Our curriculum currently runs for two whole school years. These are just some of the highlights we have during a normal Arribada Club programme, for both our Year One and Year Two students.
FEBRUARY | The IUCN Red List
In an island as rich in biodiversity as Príncipe, it is important for our young students to know the state of affairs of their natural realm. They have all heard about the problems surrounding certain species – ones who call this island their home –, but they still have a hard time grasping certain concepts and understanding some of the terms that get thrown about… ‘Threats’, ‘conservation’, ‘endangered’, ‘near-extinction’, and so on. These are all ideas that bear clarification in their minds, and that is why we set up this class.
We start by telling them that the IUCN is an organisation that sets about evaluating how all species around the globe are being taken care of, creating a long record called the IUCN Red List. Is the Lion’s savannah free of devious hunters? Is the Trout’s river nice and clean? The Monkey’s favourite forest still full of trees? This way, we start introducing them to the problems of illegal hunting, pollution and habitat loss.
The IUCN studies the conditions that different species find themselves in, and determines their ‘Conservation Status’. Does the species have a numerous and healthy population? Or are their numbers dwindling because their home is at risk?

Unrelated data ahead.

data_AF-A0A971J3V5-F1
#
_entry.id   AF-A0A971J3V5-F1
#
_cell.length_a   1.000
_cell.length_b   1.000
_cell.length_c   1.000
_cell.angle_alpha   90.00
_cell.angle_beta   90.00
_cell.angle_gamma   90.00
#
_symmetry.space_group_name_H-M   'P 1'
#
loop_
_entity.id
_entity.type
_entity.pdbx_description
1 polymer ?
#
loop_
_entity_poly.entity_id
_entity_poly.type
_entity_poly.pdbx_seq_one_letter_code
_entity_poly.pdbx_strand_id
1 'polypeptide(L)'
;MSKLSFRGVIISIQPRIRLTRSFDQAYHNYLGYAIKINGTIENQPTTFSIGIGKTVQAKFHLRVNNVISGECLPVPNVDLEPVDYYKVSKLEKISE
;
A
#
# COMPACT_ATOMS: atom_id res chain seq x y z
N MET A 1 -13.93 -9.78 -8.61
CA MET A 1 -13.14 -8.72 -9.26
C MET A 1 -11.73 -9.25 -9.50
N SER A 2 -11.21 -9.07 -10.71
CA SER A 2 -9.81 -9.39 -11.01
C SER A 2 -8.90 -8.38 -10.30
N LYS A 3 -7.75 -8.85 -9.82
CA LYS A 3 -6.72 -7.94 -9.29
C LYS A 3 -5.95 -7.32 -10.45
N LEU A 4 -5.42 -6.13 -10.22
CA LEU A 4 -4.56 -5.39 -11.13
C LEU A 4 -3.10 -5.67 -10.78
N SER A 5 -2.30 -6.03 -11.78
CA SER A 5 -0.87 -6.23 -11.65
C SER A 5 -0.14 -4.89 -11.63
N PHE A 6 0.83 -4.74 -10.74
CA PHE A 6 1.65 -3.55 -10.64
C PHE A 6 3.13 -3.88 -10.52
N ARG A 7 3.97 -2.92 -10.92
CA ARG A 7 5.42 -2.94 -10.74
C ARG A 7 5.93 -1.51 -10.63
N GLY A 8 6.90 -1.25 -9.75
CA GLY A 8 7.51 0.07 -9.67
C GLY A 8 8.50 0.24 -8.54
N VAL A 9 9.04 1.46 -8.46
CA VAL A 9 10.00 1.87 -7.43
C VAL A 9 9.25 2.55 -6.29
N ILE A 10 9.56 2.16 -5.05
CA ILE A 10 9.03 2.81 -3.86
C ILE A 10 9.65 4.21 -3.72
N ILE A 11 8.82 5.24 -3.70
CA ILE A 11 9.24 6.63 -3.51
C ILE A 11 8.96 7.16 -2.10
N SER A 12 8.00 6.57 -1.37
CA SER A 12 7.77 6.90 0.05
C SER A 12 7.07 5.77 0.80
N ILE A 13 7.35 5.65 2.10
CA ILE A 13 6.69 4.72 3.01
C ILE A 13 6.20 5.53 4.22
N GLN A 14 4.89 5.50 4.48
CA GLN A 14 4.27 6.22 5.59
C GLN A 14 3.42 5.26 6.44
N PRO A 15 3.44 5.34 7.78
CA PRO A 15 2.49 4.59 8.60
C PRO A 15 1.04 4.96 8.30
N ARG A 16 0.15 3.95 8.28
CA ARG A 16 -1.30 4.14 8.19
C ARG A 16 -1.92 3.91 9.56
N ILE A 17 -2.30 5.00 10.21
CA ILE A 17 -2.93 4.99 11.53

As we explain to our students, it’s a spectrum… Animals and plants don’t just disappear overnight! They can be better or worse, and that is what is shown with the different Red List categories, which we painted on our Club’s wall.
And, so it goes: from the most desirable category, ‘Least Concerned’, and the second best, ‘Near threatened’, both bearing a reassuring green colour; then the ‘threatened’ categories of ‘Vulnerable’, ‘Endangered’ and ‘Critically Endangered’, with the mounting alert of yellow, orange and red; to the more pessimistic, ‘Extinct in Nature’; and, finally, the red on black ‘Extinct’ category.
Students then learn in which categories to place the different animals from São Tomé and Príncipe by solving a puzzle game. “The Green Sea Turtle is more endangered than the Sea Horse, but less so than the Thrush”, “The Sea Horse is less threatened than the Lobster”, and so on… By practicing their logic skills, they learn about the Red List and the conservation status of all these different animals, until the wall is full of images.
There’s still hope, that’s the lesson here. Hope that the species of this island won’t go the way of the Dodo – who, very à propos, is painted on our wall, along with the Tasmanian Tiger. There’s still a lot of work to do, but the sooner these students understand what that work actually is, the better!